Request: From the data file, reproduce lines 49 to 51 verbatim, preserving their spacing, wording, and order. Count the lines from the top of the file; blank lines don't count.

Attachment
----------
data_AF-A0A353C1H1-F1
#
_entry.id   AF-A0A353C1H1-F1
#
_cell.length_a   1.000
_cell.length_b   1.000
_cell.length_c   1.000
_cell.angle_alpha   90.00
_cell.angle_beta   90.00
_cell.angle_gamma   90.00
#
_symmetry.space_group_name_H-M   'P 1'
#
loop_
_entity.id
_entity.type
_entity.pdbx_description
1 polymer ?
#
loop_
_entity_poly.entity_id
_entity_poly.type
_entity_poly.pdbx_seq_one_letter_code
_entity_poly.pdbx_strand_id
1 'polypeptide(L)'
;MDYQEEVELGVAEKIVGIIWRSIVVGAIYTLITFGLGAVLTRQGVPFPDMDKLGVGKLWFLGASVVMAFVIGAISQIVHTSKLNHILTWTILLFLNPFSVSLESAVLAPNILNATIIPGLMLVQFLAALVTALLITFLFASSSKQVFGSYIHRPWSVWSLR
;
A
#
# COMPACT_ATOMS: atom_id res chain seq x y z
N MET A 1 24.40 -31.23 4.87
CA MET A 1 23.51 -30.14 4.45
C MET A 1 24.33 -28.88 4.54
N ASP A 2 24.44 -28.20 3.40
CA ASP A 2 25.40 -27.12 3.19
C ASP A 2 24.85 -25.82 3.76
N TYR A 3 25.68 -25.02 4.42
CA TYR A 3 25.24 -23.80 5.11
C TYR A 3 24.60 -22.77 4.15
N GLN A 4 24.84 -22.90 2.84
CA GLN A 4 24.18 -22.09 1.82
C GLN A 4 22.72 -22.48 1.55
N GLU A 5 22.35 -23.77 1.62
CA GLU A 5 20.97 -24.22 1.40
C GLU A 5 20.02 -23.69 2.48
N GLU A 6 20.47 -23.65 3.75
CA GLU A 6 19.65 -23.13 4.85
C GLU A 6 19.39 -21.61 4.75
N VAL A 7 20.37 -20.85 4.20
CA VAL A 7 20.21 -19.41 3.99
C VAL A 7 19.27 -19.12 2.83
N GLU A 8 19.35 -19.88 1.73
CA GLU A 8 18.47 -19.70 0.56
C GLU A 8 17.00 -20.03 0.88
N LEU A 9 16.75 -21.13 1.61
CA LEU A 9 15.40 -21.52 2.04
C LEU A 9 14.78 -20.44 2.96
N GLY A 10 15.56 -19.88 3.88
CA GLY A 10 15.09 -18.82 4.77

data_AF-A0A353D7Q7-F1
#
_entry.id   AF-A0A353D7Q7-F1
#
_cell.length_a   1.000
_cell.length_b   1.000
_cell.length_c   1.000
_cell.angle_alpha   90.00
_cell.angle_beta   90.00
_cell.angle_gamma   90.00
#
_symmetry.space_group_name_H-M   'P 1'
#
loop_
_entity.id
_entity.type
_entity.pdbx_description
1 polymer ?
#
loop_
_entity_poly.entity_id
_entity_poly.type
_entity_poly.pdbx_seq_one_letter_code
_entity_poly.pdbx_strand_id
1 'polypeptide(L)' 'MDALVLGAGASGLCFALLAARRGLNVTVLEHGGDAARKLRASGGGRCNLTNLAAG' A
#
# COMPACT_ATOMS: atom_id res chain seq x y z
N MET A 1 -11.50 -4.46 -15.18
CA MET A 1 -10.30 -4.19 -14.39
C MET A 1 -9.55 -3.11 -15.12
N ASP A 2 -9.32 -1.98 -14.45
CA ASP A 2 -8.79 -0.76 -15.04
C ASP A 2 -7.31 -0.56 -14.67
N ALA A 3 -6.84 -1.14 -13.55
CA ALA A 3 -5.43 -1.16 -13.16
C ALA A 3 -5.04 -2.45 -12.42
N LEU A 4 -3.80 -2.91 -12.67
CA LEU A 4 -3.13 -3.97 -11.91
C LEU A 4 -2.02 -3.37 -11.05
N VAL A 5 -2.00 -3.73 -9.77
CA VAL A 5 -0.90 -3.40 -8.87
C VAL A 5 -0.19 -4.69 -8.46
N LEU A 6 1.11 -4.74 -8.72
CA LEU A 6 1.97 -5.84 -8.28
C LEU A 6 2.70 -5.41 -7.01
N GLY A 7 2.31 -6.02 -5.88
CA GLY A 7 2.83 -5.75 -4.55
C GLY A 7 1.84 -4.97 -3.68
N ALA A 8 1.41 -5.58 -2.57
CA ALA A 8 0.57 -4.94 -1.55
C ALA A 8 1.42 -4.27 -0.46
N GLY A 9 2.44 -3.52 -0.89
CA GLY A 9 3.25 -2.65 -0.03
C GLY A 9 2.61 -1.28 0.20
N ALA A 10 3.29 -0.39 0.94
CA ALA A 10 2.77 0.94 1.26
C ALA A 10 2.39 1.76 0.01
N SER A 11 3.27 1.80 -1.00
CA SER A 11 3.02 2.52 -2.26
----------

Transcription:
N VAL A 7 20.37 -20.85 4.20
CA VAL A 7 20.21 -19.41 3.99
C VAL A 7 19.27 -19.12 2.83